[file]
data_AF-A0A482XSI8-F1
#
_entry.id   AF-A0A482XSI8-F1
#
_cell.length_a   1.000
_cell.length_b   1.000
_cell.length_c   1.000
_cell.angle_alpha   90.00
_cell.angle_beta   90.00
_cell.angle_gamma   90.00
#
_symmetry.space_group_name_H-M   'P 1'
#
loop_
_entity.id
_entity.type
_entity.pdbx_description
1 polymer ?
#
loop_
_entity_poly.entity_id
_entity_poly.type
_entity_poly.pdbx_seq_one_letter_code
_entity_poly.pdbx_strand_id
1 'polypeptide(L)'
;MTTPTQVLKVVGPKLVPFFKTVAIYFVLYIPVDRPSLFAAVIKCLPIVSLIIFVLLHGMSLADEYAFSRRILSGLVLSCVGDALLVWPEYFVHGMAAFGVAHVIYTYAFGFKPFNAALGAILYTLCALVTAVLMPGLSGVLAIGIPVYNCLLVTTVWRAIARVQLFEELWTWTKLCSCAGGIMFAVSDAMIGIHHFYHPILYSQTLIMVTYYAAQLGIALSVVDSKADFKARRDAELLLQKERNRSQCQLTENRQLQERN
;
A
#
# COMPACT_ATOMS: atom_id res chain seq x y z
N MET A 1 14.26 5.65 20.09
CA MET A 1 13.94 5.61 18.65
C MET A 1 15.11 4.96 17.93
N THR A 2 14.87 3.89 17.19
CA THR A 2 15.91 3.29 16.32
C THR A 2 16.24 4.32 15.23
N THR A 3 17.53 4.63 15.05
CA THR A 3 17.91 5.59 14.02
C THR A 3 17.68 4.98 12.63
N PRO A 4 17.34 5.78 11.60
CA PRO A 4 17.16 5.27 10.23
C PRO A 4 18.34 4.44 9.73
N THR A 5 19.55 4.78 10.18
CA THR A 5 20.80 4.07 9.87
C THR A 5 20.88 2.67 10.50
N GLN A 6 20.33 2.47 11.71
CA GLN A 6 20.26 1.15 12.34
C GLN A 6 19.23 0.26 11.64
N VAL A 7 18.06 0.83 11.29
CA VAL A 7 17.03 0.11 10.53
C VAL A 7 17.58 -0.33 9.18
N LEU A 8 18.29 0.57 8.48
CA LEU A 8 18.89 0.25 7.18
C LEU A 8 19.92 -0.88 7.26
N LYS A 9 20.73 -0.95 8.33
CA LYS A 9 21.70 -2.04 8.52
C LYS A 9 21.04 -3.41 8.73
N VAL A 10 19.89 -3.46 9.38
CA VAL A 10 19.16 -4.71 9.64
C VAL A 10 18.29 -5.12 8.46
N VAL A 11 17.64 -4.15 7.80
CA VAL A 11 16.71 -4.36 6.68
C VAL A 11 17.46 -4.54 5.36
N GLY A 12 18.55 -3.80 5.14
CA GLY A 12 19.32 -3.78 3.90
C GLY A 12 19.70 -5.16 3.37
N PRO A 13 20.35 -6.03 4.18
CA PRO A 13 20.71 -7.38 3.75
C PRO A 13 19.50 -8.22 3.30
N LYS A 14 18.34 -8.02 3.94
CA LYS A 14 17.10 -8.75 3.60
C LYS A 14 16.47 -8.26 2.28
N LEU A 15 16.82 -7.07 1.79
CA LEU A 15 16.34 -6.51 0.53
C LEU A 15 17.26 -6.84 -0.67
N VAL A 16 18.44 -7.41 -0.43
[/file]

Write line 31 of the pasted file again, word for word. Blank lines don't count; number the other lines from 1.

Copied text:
N MET A 1 14.26 5.65 20.09